Monday, January 08, 2007
Roll The Union Over
The “L.A. Times” reported on Sunday that its press operators had voted to join the International Brotherhood of Teamsters Graphic Communications Conference.
Voted for a union, that is.
Those who don’t know the history of labor relations at the “L.A. Times” should understand it is a long-time bastion of anti-union sentiment, both in praxis and print.
This enmity probably predates Oct. 1, 1910, which is when it truly crystallized. Someone bombed the newspaper’s building and the “Times,” assuming the role of judge and jury trumpeted a headline that read: “Unionist Bombs Wreck The Times; Many Seriously Hurt.”
Harry Andrews, the managing editor wrote beneath the banner, “The elements that conspired to perpetrate this horror must not be permitted to pursue their awful campaign of intimidation and terror. Never will the Times cease in its warfare against them.”
Reactionary lore has it that the International Workers of the World, the “Wobblies,” were behind the violence.
Progressive lore has it that Los Angeles was on the verge of electing a socialist mayor and that the timing of the bombings was somewhat suspicious given the ensuing backlash against their team.
But enough of the past.
The Teamsters’ is big news, because the “Times” has been an open shop since...since forever. At least the scribe thought the building's anti-union bulwark had never beenn breached.
But James Rainey’s piece informed that the Teamsters got in once before in 1967, only to be thrown out two years later.
“We finally got ‘em! It took 40 years,” the union’s lead organizer, Marty Keegan, told the reporter.
It’s not always a good idea to derive larger lessons from a family squabble like the one which led to the union’s nine-vote victory (140-131), but the scribe would suggest that this time, it is.
There is a bigger story here, which you won’t read much about in the pages of the big boya. And that is that things are turning, that we are entering an age of progressive push around the world as new classes, formed and then beaten down by 15 years of globalization, formulate an agenda and act upon that agenda.
The "Times," you know, was converted from the privately run feud of the Chandler family - the Los Angeles Chandlers - to a dancing bear for the stockholders of the midwest Tribune Company.
Like just about every other dinosaur, the "Times" was caught off-guard by Internet-wrought changes in the news delivery market and the whole crazy daisywheel of electronic technologies you can fit in your shirt-pocket.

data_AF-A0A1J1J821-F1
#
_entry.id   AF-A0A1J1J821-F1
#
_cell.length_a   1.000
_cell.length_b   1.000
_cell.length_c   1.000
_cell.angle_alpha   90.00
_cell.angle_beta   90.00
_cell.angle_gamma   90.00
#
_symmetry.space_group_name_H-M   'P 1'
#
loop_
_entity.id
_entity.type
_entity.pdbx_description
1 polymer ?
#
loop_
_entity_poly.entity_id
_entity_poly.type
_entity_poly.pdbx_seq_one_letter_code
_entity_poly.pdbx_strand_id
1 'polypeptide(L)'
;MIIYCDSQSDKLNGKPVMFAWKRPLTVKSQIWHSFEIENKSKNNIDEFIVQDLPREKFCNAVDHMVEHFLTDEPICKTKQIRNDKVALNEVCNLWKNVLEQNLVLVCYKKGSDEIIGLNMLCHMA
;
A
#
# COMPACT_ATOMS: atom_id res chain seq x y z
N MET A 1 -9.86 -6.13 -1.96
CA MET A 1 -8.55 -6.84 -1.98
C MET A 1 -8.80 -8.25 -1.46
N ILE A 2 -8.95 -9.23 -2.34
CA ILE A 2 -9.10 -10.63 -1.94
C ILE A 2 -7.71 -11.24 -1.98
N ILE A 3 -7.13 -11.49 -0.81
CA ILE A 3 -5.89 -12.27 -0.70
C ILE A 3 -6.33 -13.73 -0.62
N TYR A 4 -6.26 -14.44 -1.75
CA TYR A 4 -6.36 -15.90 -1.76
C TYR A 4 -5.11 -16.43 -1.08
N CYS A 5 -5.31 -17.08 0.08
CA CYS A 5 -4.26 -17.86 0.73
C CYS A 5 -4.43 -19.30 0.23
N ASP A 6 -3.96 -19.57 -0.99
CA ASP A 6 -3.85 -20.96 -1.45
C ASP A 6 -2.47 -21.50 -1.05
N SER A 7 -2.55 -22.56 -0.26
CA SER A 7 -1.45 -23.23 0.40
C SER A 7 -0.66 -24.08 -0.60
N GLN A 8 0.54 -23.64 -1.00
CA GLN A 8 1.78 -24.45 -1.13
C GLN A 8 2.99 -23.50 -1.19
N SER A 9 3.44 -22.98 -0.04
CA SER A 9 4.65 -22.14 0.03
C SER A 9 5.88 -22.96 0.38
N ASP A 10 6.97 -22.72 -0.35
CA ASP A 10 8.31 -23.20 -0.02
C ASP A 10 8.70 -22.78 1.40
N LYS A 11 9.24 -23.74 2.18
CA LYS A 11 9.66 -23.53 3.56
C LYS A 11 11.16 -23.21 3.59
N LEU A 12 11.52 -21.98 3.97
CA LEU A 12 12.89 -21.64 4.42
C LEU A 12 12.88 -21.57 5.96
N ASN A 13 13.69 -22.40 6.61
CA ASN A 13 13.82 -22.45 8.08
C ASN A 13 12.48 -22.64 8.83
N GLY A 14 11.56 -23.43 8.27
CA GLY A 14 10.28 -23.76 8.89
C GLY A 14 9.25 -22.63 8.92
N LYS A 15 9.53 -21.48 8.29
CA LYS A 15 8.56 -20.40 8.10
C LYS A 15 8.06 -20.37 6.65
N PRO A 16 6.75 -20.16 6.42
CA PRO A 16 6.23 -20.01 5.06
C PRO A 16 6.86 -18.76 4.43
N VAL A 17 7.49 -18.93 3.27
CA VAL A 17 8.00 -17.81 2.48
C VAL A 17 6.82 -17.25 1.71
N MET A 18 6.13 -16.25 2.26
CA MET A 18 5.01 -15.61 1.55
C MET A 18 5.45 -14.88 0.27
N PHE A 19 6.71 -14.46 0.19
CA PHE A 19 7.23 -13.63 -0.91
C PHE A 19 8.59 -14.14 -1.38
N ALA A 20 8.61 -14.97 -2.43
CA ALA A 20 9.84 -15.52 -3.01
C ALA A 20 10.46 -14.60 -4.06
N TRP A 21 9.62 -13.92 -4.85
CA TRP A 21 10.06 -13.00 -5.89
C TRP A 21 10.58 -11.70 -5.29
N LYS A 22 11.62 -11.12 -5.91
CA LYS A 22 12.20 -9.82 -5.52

So despite the fact it was winning more Pulitzer Prizes than ever in the paper's history, the Tribune company responded with, to put it mildly, a thinning of the "Times" workforce; reporters included.
A guy named Carroll, who always rejected the scribe's annual request for employ at the behemoth with grace and gentle candor, long ago walked away from the top editor's job. After him, another guy, Bacquet, if memory serves, also fell on his sword rather than agree to firing more reporters. And then the guy above him, too (or something like that).
The "Times" piece is pretty well-hidden in the seven-pound brick that is its Sunday edition. The editors opted to cover the union victory in their house through gritted teet and noted that a journeyman press operator makes $61,000 a year.
That’s a good and fair salary a small family could get by on, even advance under certain, other fortuitous circumstances. It’s the kind of job union guys and girls could find across America in its post-war, manufacturing hedyay, and it’s the kind of job that is hard to come by anymore.
The pressman got the hint from what was going on around them. “Keegan [the organizer] said Times’ pressroom workers appeared to be most concerned about job security in a time of retrenchment for the newspaper industry. They also hope for better benefits and wages...”
So they joined the union crowd.
Hopefully it is a harbinger of things to come. Unions – when they’re run right – bring wages up, protect workers from arbitrary employer actions against them, and lead to safer, happier working places.
The Teamsters are no Wobblies and certainly not syndicalists of the anarchist type. They are a strange hybrid, a kind of right-wing union. But they have big chestnuts and do industrial warfare better than some of their more progressive and democratic union brethren.
And for that, highwayscribery dedicates today’s post to the Teamsters Union and its newest members.